World Migratory Bird Day 2010 focuses on globally threatened migratory birds

PRESS RELEASE (7 May 2010): english françaisespañol


The Secretariats of the African-Eurasian Migratory Waterbird Agreement (UNEP/AEWA) and the Convention on Migratory Species (UNEP/CMS) are pleased to announce the countdown for World Migratory Bird Day 2010. This two-day awareness raising campaign will take place globally for the fifth consecutive year from 8-9 May 2010.

World Migratory Bird Day (WMBD) aims to inspire people to take action for the conservation of migratory birds and encourages national authorities, non-governmental organizations (NGOs), clubs and societies, universities, schools and individuals around the world to organize events and programmes, which help draw attention to migratory birds around a central theme each year.
This year’s theme is “Save migratory birds in crisis – every species counts!” It is closely linked to the International Year of Biodiversity (IYB) declared by the United Nations for 2010.

The WMBD 2010 theme aims to raise awareness on globally threatened migratory birds, with a particular focus on those on the very edge of extinction – the Critically Endangered migratory birds. In line with the International Year of Biodiversity, the 2010 WMBD theme also highlights how migratory birds are part of the biological diversity of our world and how the threat of extinction faced by individual bird species is a reflection of the larger extinction crisis threatening other species and the natural diversity that underpins all life on earth.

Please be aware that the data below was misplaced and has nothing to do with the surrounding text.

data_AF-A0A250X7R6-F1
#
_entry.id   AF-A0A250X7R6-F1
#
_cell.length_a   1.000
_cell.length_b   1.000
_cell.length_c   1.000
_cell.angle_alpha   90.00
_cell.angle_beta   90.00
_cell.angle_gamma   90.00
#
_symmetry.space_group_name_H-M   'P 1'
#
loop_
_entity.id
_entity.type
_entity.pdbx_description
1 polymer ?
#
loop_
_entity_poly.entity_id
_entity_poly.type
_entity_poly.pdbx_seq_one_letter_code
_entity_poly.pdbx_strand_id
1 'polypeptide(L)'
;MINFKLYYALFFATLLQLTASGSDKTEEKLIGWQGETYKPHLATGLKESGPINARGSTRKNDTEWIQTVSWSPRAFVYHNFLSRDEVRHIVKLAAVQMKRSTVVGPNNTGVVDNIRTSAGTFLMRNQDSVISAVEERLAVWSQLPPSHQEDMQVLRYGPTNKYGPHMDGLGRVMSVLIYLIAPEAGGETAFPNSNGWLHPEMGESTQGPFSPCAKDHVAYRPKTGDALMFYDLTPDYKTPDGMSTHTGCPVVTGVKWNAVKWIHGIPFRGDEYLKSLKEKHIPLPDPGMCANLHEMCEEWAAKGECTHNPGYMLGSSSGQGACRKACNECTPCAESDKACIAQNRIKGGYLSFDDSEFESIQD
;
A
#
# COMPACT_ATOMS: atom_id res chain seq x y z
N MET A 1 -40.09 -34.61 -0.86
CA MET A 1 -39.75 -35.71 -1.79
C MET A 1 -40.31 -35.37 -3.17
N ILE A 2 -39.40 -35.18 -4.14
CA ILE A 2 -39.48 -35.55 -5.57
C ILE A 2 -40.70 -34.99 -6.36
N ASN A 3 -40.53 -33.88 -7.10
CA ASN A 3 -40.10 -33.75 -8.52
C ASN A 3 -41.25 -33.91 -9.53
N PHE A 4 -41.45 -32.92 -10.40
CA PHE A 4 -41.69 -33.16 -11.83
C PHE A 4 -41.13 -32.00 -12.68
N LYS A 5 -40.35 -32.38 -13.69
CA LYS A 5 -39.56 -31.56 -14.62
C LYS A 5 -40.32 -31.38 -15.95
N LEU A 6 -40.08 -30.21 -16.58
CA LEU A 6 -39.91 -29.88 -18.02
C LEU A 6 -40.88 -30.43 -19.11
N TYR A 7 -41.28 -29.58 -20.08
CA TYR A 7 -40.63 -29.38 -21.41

Migratory birds in crisis

A staggering 1,227, or 12,4% of the total 9,865 extant bird species in the world are currently classified as globally threatened and 192 of these are considered Critically Endangered on the IUCN Red List of threatened species, i.e. they face an extremely high risk of becoming extinct.

An estimated 19% of all known birds and about 30 of the 192 Critically Endangered bird species are considered to be migratory and undertake regular cyclical movements between their breeding and non-breeding areas.

Some prominent examples of “migratory birds in crisis” being highlighted in the context of this year’s WMBD campaign include the Slender-billed Curlew (Numenius tenuirostris), the Northern Bald Ibis (Geronticus eremita), the Sociable Lapwing (Vanellus gregarius), the Waved Albatross (Phoebastria irrorata) and the Orange-bellied Parrot (Neophema chrysogaster) – all of which are migratory and listed as Critically Endangered.

Migratory birds as indicators

By focusing on “migratory birds in crisis” during the International Year of Biodiversity, World Migratory Bird Day 2010 is also highlighting the role played by birds as indicators, enabling us to clearly see and highlight the negative effects our current way of life is having on the planet and it’s biodiversity.